Margaret Atwood’s “Siren Song” ~ AP Poetic Analysis

Prompt: Write a well organized essay in which you discuss how the poem’s controlling metaphor expresses the complex attitude of the speaker. (1996)


As if attesting to the legacy of centuries of amalgamation, the marginalizing stereotypes related to femininity highlight the redundant notion of women as objects that only invoke wanton desire. In such stereotypes, one comes to realize that history is in the hands of those deemed fit by societal convention – those gifted power through the norm. It is through the controlling metaphor of the siren song’s allure – the call to regain power and independence – that Atwood provides a voice to the sirens once silenced. Between using repetition to induce a sense of imbalance – paralleling the synthesis of gender expectations over the years – punctuation – to enhance the mocking mood and tone of the metaphor – and sound devices, Atwood’s “Siren Song” utilizes aforementioned stereotypes in order to take advantage of those that conform to them, harnessing the desire for which she has been marginalized in the quest to restore her power.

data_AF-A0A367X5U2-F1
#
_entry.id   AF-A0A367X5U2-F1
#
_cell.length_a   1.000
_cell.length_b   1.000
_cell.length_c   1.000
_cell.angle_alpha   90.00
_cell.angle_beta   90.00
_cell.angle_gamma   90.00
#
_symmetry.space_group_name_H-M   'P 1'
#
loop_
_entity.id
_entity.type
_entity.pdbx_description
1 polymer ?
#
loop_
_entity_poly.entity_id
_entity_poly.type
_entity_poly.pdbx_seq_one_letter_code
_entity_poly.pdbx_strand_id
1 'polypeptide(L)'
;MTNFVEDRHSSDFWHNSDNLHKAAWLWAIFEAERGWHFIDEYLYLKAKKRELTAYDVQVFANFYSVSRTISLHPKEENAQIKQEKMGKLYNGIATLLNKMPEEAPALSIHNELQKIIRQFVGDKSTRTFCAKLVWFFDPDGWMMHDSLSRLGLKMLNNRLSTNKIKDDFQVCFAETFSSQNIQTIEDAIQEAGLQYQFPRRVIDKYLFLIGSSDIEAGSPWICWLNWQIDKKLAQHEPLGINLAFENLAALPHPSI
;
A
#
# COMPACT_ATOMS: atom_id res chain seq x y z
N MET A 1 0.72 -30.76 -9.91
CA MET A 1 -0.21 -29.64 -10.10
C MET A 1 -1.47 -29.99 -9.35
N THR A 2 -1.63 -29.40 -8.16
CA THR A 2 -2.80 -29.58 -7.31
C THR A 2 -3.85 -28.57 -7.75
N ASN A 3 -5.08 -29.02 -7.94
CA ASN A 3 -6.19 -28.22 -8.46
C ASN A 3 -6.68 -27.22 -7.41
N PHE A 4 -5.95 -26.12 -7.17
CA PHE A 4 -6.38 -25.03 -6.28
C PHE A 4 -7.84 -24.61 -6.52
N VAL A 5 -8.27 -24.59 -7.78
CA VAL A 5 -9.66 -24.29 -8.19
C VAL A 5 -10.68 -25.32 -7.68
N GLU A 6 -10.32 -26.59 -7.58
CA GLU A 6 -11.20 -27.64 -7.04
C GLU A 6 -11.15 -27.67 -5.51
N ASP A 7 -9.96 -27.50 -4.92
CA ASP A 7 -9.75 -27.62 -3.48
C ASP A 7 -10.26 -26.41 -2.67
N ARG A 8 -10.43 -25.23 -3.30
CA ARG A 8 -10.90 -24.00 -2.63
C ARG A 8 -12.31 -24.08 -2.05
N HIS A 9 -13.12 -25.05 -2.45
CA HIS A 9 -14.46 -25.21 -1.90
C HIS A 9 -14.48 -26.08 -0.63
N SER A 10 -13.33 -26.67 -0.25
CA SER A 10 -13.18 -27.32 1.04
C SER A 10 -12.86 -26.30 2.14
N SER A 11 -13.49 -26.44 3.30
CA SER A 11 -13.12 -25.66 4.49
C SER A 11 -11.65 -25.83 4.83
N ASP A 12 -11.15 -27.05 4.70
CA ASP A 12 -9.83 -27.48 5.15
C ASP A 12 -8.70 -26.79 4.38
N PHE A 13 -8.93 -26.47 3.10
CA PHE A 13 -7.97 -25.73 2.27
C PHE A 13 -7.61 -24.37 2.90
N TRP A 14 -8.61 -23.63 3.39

To speak of sirens is to speak of the unnatural – that which exists at the precipice of illusion and deceit, unspeakable desires flourishing into a means to reclaim power. This atmosphere of the unnatural so apparent in the metaphor of the Siren’s song is further amplified through the use of repetition, drawing the reader inexplicably towards obedience as the Siren draws power from her apparent vulnerability. In the context of the natural world, the number three is seen as unnatural – one need only to look at their own composition to realize nature’s tendency towards pairs. In ancient Greece, the birthplace of the sirens themselves, the number three signifies strength and the supernatural, evidenced by the rulership of Zeus, Poseidon, and Hades over the Olympians, and the Three Fates over destiny. Similarly, the three sirens in the poem grant an aura of the supernatural, whilst adding to the ancient, historical air of the poem itself – this emphasizes the decrepit tradition from which the stereotypes and adherence to societal convention in the poem stem forth. It is this blind adherence to conformity and convention that enables the Siren to manipulate her victim; as it is through the implementation of social stereotypes this hero finds comfort, the Siren’s ability to feign the fragility a woman should intrinsically hold allows her to lure him and regain the power she had been deprived. The repetition of the word “you” in the stanzas, “I will tell the secret to you, to you, only to you.” serves to grant the victim the same supernatural status as the siren herself – it makes him unique, special, and draws him in unnaturally against his will, almost as if it were a spell. In a bid to once again secure power and finally entrap her victim, the Siren invokes once again that, “Only you, only you can [save me], you are unique”. The triple sequence of the word “you” serves to invoke some higher power of desire in the victim of the Siren; he is unable to resist her call to be “unique” and of significance; this mold of hero is one he was always told he should fit, and he therefore fails to consider her ulterior motives. The repetition of the word “song” throughout stanzas 1-3, 7, and 9, indicate imbalance, inducing a trance-like state over the victim and the reader, which in turn parallels the repetition of convention that breeds complacency. By presenting herself as weak and vulnerable, the complexity of the power dynamic between man and Siren is expressed; in feigning vulnerability, the Siren diverges from the societal norm of a damsel in distress – her vulnerability gives her power over her complacent victim.